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What is targetNamespace's function?

<schema xmlns="http://www.w3.org/2001/SchemaXML

I understand that xmlns="http://www.w3.org/2001/SchemaXML defines the Schema XML namespace.

I also understand that xmlns:target="http://www.example.com/name" defines the namespace for my own vocabulary if I'm creating my own schema using the prefix "target"; this acts as a proxy or placeholder for the URI http://www.example.com/name.

That seems like enough to define the needed boundries and vocabularies of namespace participants. So why do I need a targetNamespace attribute which duplicates the http://www.example.com/name namespace?

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marked as duplicate by George Stocker Jun 4 '13 at 12:59

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3 Answers 3

Answered quite well over here: targetNamespace and xmlns without prefix, what is the difference?

To restate:

  • targetNamespace="" - As the current XML document is a schema this attribute defines the namespace that this schema is intended to target, or validate.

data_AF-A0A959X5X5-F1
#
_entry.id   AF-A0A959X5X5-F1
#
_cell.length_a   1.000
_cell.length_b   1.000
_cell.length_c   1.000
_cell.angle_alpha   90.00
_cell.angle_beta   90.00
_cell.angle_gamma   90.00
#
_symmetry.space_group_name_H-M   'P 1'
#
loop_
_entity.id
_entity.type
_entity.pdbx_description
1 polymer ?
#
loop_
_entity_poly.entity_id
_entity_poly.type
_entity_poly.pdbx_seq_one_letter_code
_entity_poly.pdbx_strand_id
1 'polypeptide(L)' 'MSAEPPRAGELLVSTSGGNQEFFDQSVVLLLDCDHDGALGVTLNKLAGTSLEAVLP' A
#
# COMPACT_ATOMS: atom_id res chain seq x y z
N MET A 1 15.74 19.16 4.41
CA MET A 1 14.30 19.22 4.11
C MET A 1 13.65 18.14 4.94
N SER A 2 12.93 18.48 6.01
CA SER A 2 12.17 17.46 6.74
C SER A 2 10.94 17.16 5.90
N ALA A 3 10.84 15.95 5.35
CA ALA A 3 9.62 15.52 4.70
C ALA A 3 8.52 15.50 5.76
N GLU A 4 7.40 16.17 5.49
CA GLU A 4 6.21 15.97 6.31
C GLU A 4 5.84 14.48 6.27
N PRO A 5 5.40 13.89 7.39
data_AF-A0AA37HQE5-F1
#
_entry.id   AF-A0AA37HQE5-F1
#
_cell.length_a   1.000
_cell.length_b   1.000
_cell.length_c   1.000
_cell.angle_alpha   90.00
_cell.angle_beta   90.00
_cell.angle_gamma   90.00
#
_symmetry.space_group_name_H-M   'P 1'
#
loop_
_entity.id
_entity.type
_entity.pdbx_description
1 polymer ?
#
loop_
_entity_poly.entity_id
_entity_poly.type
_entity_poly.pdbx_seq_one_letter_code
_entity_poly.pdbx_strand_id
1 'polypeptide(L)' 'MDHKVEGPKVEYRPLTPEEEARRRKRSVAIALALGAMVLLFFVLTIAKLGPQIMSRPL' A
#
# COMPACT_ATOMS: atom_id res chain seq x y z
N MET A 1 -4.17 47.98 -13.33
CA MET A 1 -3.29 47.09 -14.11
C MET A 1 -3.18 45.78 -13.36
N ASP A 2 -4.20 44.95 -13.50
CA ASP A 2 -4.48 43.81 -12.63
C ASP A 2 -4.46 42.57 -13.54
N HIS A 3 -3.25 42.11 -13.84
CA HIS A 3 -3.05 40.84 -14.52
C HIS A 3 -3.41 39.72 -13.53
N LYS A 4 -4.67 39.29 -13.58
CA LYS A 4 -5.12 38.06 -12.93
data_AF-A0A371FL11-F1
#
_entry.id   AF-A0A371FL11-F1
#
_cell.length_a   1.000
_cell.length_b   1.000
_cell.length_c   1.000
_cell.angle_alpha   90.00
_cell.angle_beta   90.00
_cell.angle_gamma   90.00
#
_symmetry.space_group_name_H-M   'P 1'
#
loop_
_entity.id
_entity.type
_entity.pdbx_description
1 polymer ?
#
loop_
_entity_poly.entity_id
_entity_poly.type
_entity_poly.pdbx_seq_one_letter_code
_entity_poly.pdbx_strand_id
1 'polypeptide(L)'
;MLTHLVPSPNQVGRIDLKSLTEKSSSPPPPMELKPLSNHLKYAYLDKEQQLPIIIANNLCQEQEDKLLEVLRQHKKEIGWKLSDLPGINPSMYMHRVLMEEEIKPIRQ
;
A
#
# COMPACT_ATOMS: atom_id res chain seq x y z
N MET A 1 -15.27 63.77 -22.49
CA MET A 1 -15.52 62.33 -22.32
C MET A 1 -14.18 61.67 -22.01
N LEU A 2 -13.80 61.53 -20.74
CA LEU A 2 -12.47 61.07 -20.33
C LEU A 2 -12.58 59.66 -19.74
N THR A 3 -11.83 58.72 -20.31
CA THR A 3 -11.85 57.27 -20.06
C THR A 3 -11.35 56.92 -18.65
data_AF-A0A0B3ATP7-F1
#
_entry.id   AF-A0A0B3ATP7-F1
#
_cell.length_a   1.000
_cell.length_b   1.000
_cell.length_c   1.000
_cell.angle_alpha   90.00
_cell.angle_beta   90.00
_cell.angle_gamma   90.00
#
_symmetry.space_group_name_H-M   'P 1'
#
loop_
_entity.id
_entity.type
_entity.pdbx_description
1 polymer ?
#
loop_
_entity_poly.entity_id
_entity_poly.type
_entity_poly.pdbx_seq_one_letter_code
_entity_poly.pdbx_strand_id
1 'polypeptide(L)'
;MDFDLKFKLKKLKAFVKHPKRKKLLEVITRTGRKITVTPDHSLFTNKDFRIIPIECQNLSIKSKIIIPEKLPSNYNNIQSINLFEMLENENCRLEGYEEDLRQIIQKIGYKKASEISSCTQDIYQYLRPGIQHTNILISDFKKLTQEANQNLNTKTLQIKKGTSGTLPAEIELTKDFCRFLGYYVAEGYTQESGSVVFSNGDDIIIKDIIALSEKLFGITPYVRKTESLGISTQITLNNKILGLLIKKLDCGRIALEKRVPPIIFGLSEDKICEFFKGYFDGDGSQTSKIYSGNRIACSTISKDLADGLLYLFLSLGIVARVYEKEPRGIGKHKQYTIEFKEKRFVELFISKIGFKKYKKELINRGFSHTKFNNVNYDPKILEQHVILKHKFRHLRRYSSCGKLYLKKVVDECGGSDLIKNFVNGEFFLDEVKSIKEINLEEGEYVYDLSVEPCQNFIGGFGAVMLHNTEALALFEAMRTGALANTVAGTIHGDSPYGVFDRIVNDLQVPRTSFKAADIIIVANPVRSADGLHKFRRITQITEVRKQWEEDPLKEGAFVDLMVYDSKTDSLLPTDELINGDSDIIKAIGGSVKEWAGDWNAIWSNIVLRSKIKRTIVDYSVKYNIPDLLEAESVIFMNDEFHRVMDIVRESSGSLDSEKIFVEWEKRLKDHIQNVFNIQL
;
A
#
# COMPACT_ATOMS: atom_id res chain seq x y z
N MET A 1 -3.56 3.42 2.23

• xmlns="" - Defines the default namespace within the current document for all non-prefixed elements (i.e no yada: in <yada:elementName>)

  • xmlns:target="" - here you are just defining your own namespace with the prefix target:, this is unrelated to the previous two special cases.

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The targetNamespace declares a namespace for other xml and xsd documents to refer to this schema. The target prefix in this case refers to the same namespace and you would use it within this schema definition to reference other elements, attributes, types, etc. also defined in this same schema definition.

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The prefix "target" in xmlns:target="http://www.example.com/name" is nothing special. How would a schema processor know that you wanted that to be the target namespace for your schema? targetNamespace does just that - it declares the namespace that components of your schema belong to.

N.B. Not everything in the schema document goes into the targetNamespace. Note attributes "elementFormDefault" and "attributeFormDefault" on the "schema" element and also attribute "form" on the "element" and "attribute" elements.

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